I continued building and practicing the new gained skills after we finished the building the big institutional rocket stove for the FORWAC Education center. We are spreading the technology of rocket stoves surely but slowly in the rural area of Siaya County in Kenya.
The advantages of this stove are:
- Firewood saving
- economical and sustainable
- easy to build
- low cost
- long lasting
Domestic rocket stove with clay liner and food warmer
The first rocket stove I did (together with Samuel) is a typical domestic rocket stove. The design was developed by the GIZ and is being build all over Kenya. The base is 60 x 60 cm and pots with a diameter of 34 cm will fit. We used a clay liner for the fire chamber and integrated a small metal barrel to keep food warm. Materials used: 1/2 bag of cement, 1/2 bag gray lime, 2 wheelbarrows sand and ~50 bricks (+ vermiculite and grog around the potrest).
Double cooker with chick breeder
The second second stove is a combination of a double cooker with a chick breeder. It saves firewood (compared to traditional three stone fire) and transfers the heat to the lower chamber. To store the heat we used a layer of clay on top of a with wire mesh reinforced iron sheet. The iron sheet radiates the heat into the lower chamber where little chicks are being kept and fed until they are strong enough to go outside.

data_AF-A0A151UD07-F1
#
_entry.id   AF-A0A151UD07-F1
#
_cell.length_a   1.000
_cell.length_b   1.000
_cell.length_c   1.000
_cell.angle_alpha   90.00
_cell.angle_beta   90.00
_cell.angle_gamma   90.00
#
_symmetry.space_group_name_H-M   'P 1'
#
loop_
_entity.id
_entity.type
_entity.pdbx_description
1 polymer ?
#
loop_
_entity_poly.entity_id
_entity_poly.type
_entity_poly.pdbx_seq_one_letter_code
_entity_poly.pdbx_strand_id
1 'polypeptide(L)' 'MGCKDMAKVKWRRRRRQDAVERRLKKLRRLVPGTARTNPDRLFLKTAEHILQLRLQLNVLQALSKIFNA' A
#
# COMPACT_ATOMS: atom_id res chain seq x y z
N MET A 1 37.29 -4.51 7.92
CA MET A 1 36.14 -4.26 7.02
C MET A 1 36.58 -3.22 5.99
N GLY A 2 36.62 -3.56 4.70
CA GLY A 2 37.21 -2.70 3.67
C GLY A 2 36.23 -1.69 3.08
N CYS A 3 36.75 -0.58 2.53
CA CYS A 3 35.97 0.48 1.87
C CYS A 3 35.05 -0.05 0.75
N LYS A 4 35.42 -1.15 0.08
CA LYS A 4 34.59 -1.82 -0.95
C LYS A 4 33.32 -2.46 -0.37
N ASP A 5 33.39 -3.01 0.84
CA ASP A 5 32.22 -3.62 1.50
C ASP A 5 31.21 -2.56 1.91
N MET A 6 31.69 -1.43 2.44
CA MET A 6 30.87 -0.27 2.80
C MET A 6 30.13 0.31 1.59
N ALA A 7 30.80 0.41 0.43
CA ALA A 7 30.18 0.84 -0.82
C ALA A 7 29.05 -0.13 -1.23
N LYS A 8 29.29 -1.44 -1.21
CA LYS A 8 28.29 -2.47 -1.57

“Classic” rocket stove
The last version I build for a good friend of mine here in Ulamba. It is the typical way of building a rocket stove. In order to save costs and materials we did not use the clay liner for the fire chamber and spared to plaster the walls of the stove. The door frame is reinforced with angle line.
The most important thing is to get the dimensions right when building a rocket stove. The critical parts to get the best efficiency are: height of firechamber, size of air inlet, size of firewood inlet, gap between pot and stove.
To get a detailed construction manual including measurements please leave a comment or write me an email.